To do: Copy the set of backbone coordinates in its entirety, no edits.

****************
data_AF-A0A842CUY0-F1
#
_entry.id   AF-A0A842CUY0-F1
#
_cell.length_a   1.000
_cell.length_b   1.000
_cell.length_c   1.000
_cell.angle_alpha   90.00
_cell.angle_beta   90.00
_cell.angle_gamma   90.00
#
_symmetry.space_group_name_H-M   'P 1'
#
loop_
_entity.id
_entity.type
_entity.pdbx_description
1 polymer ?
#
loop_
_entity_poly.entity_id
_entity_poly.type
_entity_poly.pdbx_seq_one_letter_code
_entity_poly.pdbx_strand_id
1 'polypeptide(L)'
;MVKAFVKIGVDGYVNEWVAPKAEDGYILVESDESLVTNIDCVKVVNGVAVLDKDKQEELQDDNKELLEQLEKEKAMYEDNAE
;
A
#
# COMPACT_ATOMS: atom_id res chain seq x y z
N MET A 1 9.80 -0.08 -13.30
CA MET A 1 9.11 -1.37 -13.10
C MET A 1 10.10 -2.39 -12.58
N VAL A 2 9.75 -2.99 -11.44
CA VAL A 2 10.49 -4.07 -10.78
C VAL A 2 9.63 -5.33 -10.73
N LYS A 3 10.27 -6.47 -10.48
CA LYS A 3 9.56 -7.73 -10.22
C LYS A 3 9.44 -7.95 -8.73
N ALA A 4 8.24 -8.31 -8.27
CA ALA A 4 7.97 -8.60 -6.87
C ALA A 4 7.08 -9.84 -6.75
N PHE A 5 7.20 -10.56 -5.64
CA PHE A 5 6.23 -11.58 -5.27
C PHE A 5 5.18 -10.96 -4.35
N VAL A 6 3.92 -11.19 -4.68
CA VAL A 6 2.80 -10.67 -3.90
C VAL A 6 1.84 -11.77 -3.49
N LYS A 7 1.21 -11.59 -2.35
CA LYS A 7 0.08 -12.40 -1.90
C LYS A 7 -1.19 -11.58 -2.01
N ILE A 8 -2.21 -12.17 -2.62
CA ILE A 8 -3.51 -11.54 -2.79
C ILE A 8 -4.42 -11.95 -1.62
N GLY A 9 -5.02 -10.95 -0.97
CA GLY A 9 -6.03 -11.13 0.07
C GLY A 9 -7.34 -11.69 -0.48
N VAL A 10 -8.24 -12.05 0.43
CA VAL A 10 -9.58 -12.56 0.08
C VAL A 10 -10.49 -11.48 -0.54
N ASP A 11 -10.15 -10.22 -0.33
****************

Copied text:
data_AF-A0A842CUY0-F1
#
_entry.id   AF-A0A842CUY0-F1
#
_cell.length_a   1.000
_cell.length_b   1.000
_cell.length_c   1.000
_cell.angle_alpha   90.00
_cell.angle_beta   90.00
_cell.angle_gamma   90.00
#
_symmetry.space_group_name_H-M   'P 1'
#
loop_
_entity.id
_entity.type
_entity.pdbx_description
1 polymer ?
#
loop_
_entity_poly.entity_id
_entity_poly.type
_entity_poly.pdbx_seq_one_letter_code
_entity_poly.pdbx_strand_id
1 'polypeptide(L)'
;MVKAFVKIGVDGYVNEWVAPKAEDGYILVESDESLVTNIDCVKVVNGVAVLDKDKQEELQDDNKELLEQLEKEKAMYEDNAE
;
A
#
# COMPACT_ATOMS: atom_id res chain seq x y z
N MET A 1 9.80 -0.08 -13.30
CA MET A 1 9.11 -1.37 -13.10
C MET A 1 10.10 -2.39 -12.58
N VAL A 2 9.75 -2.99 -11.44
CA VAL A 2 10.49 -4.07 -10.78
C VAL A 2 9.63 -5.33 -10.73
N LYS A 3 10.27 -6.47 -10.48
CA LYS A 3 9.56 -7.73 -10.22
C LYS A 3 9.44 -7.95 -8.73
N ALA A 4 8.24 -8.31 -8.27
CA ALA A 4 7.97 -8.60 -6.87
C ALA A 4 7.08 -9.84 -6.75
N PHE A 5 7.20 -10.56 -5.64
CA PHE A 5 6.23 -11.58 -5.27
C PHE A 5 5.18 -10.96 -4.35
N VAL A 6 3.92 -11.19 -4.68
CA VAL A 6 2.80 -10.67 -3.90
C VAL A 6 1.84 -11.77 -3.49
N LYS A 7 1.21 -11.59 -2.35
CA LYS A 7 0.08 -12.40 -1.90
C LYS A 7 -1.19 -11.58 -2.01
N ILE A 8 -2.21 -12.17 -2.62
CA ILE A 8 -3.51 -11.54 -2.79
C ILE A 8 -4.42 -11.95 -1.62
N GLY A 9 -5.02 -10.95 -0.97
CA GLY A 9 -6.03 -11.13 0.07
C GLY A 9 -7.34 -11.69 -0.48
N VAL A 10 -8.24 -12.05 0.43
CA VAL A 10 -9.58 -12.56 0.08
C VAL A 10 -10.49 -11.48 -0.54
N ASP A 11 -10.15 -10.22 -0.33